Remains of Creswell Chapel, 350m south east of Creswell Farm.
Reasons for Designation
A medieval chapel is a building, usually rectangular, containing a range of furnishings and fittings appropriate for Christian worship in the pre-Reformation period. Chapels were designed for congregational worship and were generally divided into two main parts: the nave, which provided accommodation for the laity, and the chancel, which was the main domain of the priest and contained the principal altar. Around 4000 parochial chapels were built between the 12th and 17th centuries as subsidiary places of worship built for the convenience of parishioners who lived at a distance from the main parish church. Chantry chapels were built and maintained by endowment and were established for the singing of masses for the soul of the founder. Some chapels possessed burial grounds. Unlike parish churches, the majority of which remain in ecclesiastical use, chapels were often abandoned as their communities and supporting finances declined or disappeared. Many chantry chapels disappeared after the dissolution of their supporting communities in the 1540s. Chapels, like parish churches, have always been major features of the landscape. A significant number of surviving examples are identified as being nationally important. The sites of abandoned chapels, where positively identified, are particularly worthy of statutory protection as they were often left largely undisturbed and thus retain important information about the nature and date of their use up to their abandonment.
As the site of an abandoned chapel Creswell chapel will contain important archaeological and environmental information about the nature of the site and by association of the medieval village of Creswell which it served.
This record was the subject of a minor enhancement on 10 June 2015. The record has been generated from an "old county number" (OCN) scheduling record. These are monuments that were not reviewed under the Monuments Protection Programme and are some of our oldest designation records.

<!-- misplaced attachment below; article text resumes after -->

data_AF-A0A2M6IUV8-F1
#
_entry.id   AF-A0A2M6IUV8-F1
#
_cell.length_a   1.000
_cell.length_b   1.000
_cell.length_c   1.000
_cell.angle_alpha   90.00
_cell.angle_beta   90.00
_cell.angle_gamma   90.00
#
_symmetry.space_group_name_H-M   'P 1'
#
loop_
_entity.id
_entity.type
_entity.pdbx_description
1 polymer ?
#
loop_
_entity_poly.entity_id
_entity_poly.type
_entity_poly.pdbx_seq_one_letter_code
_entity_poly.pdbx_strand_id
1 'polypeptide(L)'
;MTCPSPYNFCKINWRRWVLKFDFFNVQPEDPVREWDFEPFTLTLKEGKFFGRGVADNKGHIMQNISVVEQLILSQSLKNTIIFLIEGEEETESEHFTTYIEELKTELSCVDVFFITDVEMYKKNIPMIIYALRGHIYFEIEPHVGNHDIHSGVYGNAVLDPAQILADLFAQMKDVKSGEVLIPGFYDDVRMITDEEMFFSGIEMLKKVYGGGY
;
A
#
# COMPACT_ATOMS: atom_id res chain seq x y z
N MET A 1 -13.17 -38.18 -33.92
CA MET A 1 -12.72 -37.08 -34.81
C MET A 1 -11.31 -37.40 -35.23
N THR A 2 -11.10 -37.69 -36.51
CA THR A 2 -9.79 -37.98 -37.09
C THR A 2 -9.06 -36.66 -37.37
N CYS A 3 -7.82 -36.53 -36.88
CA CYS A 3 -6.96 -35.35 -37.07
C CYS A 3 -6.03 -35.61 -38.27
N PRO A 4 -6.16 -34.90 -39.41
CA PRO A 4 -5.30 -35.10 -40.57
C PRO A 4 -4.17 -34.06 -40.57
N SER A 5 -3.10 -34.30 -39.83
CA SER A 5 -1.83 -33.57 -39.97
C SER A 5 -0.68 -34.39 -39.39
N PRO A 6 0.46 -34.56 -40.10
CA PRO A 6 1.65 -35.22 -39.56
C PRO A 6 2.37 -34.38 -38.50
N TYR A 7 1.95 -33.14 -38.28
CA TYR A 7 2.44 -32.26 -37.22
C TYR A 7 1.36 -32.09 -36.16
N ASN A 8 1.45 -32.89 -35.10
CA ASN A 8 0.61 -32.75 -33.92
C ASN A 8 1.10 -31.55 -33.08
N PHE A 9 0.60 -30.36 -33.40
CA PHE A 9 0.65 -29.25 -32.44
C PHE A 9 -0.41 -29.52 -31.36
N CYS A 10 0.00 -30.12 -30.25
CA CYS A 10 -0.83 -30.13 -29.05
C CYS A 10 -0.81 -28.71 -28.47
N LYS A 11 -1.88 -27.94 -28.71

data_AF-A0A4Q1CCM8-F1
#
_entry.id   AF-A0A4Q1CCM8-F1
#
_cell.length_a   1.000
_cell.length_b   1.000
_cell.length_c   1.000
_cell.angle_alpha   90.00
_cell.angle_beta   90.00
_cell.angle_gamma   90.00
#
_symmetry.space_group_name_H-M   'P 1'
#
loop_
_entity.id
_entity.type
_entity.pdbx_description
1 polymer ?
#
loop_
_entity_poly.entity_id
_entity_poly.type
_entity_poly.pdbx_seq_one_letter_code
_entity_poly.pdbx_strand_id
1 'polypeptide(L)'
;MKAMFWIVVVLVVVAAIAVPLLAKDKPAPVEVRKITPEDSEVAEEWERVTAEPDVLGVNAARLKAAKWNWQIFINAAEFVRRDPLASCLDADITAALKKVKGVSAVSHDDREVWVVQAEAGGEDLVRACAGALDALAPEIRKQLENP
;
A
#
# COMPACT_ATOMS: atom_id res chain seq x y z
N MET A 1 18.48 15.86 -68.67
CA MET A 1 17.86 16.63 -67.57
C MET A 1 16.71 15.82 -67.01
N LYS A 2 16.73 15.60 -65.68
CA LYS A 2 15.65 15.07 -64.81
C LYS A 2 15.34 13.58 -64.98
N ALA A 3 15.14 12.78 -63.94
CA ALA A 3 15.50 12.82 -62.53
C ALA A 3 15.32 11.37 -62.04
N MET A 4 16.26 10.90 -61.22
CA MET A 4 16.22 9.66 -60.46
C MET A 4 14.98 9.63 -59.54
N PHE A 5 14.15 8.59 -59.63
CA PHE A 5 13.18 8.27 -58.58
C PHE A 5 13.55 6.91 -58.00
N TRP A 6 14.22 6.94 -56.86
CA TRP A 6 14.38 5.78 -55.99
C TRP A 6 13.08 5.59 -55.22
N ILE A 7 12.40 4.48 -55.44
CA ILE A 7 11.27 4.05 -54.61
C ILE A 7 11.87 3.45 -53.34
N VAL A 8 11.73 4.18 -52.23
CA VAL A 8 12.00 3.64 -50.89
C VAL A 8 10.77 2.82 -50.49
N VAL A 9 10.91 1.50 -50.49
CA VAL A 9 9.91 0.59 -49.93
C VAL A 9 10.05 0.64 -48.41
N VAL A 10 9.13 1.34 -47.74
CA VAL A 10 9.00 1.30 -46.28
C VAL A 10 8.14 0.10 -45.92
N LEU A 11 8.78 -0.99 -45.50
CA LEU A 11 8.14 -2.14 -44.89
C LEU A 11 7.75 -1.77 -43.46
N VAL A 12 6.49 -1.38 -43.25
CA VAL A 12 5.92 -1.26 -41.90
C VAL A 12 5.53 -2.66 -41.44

The monument includes the remains of Creswell chapel, including upstanding fabric of the north and east walls of the chancel. The standing sections are of ashlar sandstone blocks with two original lancet windows on the north wall of 13th century date and the eastern wall retains the lower part of the jambs of a large east window and dates to the 15th century. The walls stand to a height of 4m, the east wall measures up to 8m long and the north wall up to 7m long and diagonal stopped buttresses survive at the north east and south east corners. These standing dimensions are likely to mark the extent of the chancel but the location of robber trenches indicates the nave to have extended a further 11m to the west.
Medieval documents refer to it as the Chapel of Ease, a prebendary chapel of the Royal Free Chapel of St Mary in Stafford since 1346. An assessment of taxes in 1428 for the Collegiate Church of St. Mary mentions Creswell as a free chapel, which the dean had jurisdiction over and instituted its chaplains, but had no control over the advowsons, which belonged to different individuals. It also stated that, by ancient custom, the parishioners of Creswell buried their dead in the graveyard of the Church of Saint Bertelin in Stafford, which may indicate an absence of any associated cemetery next to the chapel.
The standing portions are also a Grade II listed building NHLE 1242636.